When the BOK Center opens its doors this coming Tuesday night, July 19, for Def Leppard, chances are there will be nearly as many people showing up to see "special guest" (And as far as I'm concerned, co-headliner) Heart as there are for the British hard rock group.
While Def Leppard brings three decades of songs to the table, Heart arrives with an added decade under its belt and the wisdom that comes with an evolution that has seen the band coming full circle in its writing and sound.
Currently touring behind its latest album, Red Velvet Car, Heart played a more intimate and telling show at The Joint in the Hard Rock Hotel and Casino on April 8 before launching out on the arena jaunt with Def Leppard for the summer.
Lead singer Ann Wilson said things have worked out near perfectly because the band was able to introduce and explain the songs even before the new album was released.
"When we were playing, before each new song, I'd stop and give a short description of what the song was about and it really helped people not just go, 'Oh, it's a new song' and get up to go get a T-shirt or beer or whatever," she said about how the interaction helped engage the audience with the songs.
"We were doing that just as the album came out and when we got to New York City it became quite a little bru-ha-ha," she chuckled. "We were playing there the night it came out and we had Rolling Stone and Spin and all of these other magazines and press there and backstage. It ended up being a really great launch for the new record."
The extensive leg work also paid off as it helped the audience warm up to the newer material more quickly. "As it turned out," Wilson continued, "we've been able to continue to play the new stuff because people are getting into it now."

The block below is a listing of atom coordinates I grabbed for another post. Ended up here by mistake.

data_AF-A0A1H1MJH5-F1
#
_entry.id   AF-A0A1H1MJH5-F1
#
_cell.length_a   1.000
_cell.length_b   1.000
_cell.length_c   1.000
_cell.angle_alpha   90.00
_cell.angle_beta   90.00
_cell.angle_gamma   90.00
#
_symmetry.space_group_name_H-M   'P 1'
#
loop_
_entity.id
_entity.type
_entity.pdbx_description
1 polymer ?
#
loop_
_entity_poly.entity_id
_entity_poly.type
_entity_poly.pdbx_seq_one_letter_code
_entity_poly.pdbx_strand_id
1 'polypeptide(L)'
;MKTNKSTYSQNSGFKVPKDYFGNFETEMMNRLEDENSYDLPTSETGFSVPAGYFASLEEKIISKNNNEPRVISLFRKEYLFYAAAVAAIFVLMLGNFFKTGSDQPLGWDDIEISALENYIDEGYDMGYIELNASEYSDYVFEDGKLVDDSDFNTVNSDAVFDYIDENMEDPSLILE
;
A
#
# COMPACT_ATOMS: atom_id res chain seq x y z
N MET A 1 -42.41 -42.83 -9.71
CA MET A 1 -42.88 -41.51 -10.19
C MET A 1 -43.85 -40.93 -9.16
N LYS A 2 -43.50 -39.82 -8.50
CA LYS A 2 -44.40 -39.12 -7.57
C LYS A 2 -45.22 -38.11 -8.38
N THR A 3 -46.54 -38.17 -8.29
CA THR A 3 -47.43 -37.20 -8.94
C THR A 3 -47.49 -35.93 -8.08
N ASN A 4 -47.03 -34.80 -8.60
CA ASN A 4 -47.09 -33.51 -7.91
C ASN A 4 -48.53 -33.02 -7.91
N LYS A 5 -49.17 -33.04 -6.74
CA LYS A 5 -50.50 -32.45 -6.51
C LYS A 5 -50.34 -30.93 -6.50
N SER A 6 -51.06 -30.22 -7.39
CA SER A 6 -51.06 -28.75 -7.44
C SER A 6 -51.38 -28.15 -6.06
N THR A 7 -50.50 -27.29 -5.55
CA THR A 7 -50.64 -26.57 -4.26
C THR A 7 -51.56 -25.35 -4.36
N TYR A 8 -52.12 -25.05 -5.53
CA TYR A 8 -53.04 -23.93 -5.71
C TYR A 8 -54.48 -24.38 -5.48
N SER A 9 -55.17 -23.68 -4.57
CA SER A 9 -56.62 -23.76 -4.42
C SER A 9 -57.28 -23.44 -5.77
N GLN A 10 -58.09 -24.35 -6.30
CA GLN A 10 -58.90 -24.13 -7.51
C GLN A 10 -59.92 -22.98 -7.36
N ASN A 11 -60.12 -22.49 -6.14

As most fans know, Heart has had quite a career arc, launching in the mid '70s with a more acoustic and classic rock sound before evolving into an MTV and commercial rock juggernaut in the mid '80s. My personal introduction to the band, however, was 1983's transitional album, Passionworks, which is largely overlooked.
"That was right before MTV really took off and before music was becoming more visual," Wilson said about that album. "It was more auditory at that point and people were still listening. It was like there were a cast of characters that all played roles in the songs that people were listening for and becoming a part of. That was probably our last album before all that changed and it became more visually based."
Over the past few albums, Heart's sound has gradually arrived where it started, with Red Velvet Car having more in common with albums like Dreamboat Annie, Little Queen or Dog & Butterfly. The band has cycled back to a point where you can hear The Beatles and Led Zeppelin influences more openly and the arrangements, while still modern, recall the band's classic '70s material.